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The Planetary Report • November/December 1991

Pieces of the Sky

On the Cover: We glimpse the ancient past through rocks that have survived their fall through Earth's atmosphere. Some of these meteorites, a type called carbonaceous chondrites, contain material virtually unaltered since the formation of our solar system. In this sample from the Allende meteorite, which fell in 1969, the 0.5-millimeter spherical chondrules appear in a dark, carbon-rich matrix. Some carbonaceous chondrites contain complex organiC molecules, including amino acids, the building blocks of carbon-based life.
John L. Berkley


4 Killer Rocks and the Celestial Police: The Search for Near-Earth Asteroids: Donald Yeomans looks at the history and future of monitoring for potential suspects.

8 Asteroids and Comets in Near-Earth Space: Richard Binzel discusses how studying these seemingly unrelated bodies can tell us about the origins of our solar system.

12 It's a Small, Small World: Missions to Near-Earth Asteroids: Donald Davis and Alan Friedlander make the case for why we should go to these potentially valuable objects.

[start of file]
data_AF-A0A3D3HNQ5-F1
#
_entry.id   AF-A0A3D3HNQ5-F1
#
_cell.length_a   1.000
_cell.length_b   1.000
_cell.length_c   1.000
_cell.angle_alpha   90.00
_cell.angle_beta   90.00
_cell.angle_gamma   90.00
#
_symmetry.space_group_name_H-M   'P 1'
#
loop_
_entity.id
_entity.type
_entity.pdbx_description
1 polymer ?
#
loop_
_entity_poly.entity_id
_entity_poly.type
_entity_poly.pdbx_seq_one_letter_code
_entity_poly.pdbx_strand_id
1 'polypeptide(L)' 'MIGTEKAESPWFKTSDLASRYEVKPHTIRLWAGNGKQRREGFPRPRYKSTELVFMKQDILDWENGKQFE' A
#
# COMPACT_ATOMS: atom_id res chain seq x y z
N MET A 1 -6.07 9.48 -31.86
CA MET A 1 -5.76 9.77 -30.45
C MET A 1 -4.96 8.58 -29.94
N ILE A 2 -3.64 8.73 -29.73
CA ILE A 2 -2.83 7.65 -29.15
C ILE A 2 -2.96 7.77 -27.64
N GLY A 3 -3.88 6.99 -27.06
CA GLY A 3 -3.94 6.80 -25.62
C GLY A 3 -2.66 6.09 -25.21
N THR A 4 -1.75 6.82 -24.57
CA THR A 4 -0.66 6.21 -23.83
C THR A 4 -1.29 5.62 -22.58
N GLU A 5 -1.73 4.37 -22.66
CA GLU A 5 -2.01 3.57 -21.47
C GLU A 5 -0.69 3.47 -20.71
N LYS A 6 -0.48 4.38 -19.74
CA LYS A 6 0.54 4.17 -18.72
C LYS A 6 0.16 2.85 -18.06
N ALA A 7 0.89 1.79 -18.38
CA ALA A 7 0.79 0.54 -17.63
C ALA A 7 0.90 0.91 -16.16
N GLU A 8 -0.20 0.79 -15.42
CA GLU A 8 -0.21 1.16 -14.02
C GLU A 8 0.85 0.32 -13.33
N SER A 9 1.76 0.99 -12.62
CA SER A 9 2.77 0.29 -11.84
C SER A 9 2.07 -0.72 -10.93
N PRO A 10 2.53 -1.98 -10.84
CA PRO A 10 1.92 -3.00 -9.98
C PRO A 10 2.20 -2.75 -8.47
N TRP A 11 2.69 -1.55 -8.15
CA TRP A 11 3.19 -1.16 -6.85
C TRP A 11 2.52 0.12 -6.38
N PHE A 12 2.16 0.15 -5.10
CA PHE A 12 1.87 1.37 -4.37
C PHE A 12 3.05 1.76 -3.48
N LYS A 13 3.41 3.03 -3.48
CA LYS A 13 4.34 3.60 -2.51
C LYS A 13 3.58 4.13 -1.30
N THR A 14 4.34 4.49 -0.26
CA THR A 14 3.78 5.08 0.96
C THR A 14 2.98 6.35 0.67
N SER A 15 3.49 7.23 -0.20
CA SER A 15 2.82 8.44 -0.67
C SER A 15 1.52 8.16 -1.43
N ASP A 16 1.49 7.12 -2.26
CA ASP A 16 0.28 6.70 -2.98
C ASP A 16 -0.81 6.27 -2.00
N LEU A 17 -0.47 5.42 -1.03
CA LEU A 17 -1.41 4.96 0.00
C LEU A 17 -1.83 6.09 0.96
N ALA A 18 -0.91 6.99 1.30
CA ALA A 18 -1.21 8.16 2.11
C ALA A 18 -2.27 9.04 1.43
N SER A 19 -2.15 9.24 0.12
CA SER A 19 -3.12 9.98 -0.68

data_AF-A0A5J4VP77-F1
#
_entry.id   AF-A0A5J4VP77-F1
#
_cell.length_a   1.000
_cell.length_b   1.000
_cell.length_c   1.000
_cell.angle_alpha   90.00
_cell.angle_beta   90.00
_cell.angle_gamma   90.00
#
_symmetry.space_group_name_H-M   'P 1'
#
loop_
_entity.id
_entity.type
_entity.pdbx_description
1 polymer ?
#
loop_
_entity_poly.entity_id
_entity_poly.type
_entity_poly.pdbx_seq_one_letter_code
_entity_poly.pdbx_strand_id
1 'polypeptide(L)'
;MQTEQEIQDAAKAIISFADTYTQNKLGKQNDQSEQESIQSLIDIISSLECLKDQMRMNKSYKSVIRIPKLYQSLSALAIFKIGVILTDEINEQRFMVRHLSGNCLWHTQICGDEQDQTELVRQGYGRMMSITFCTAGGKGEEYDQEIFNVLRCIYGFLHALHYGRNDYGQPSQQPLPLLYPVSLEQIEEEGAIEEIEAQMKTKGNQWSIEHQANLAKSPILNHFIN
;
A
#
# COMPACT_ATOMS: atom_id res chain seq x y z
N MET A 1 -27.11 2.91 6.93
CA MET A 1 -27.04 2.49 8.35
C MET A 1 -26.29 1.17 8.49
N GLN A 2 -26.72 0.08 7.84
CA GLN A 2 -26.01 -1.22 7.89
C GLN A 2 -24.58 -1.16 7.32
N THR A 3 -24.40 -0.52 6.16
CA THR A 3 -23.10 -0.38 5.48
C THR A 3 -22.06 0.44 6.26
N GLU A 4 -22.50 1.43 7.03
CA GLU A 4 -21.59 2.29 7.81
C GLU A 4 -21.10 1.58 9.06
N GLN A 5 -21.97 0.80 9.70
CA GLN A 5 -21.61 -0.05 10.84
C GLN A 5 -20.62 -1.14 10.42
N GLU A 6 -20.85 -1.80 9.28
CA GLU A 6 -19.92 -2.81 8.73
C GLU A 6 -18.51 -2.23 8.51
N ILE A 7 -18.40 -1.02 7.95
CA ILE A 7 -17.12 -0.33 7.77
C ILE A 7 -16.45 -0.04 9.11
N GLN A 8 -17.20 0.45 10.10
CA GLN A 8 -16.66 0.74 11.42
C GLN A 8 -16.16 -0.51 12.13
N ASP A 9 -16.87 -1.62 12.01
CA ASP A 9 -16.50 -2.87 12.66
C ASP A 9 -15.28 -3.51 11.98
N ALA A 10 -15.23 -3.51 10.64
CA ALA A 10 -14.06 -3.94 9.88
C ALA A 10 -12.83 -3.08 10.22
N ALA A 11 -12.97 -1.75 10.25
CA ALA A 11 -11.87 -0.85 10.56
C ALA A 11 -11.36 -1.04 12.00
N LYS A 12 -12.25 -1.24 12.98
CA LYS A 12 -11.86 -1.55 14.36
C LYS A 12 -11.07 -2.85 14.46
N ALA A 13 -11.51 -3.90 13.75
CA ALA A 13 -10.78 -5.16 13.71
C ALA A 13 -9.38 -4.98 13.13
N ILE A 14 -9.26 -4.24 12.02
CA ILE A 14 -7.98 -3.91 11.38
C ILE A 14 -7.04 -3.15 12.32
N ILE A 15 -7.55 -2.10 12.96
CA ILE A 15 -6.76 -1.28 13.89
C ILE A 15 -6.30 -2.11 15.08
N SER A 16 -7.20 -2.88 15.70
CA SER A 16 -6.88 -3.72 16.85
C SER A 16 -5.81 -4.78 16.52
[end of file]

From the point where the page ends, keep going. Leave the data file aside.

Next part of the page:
16 The Sky is Falling: The Hazard of Near-Earth Asteroids: John Pike explains the potential threat of our flyby neighbors.

20 Prospecting the Future: The Planetary Society Asteroid Program: Charlene Anderson and Louis Friedman introduce a new Society effort to look for near-Earth asteroids.


3 Members' Dialogue Commentary on Russian and European space efforts.

23 World Watch Freedom vs. space missions, Galileo's antenna, and the Kamchatka rover tests.

25 State of The Planetary Society A report to our members.

26 News & Reviews Cosmic catastrophes.

27 Society Notes Asteroid contest winner; help with the Mars rover test in the Mojave Desert.

28 Q&A Can Magellan's radar detect volcanic vents on Venus?
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Bill Nye and people
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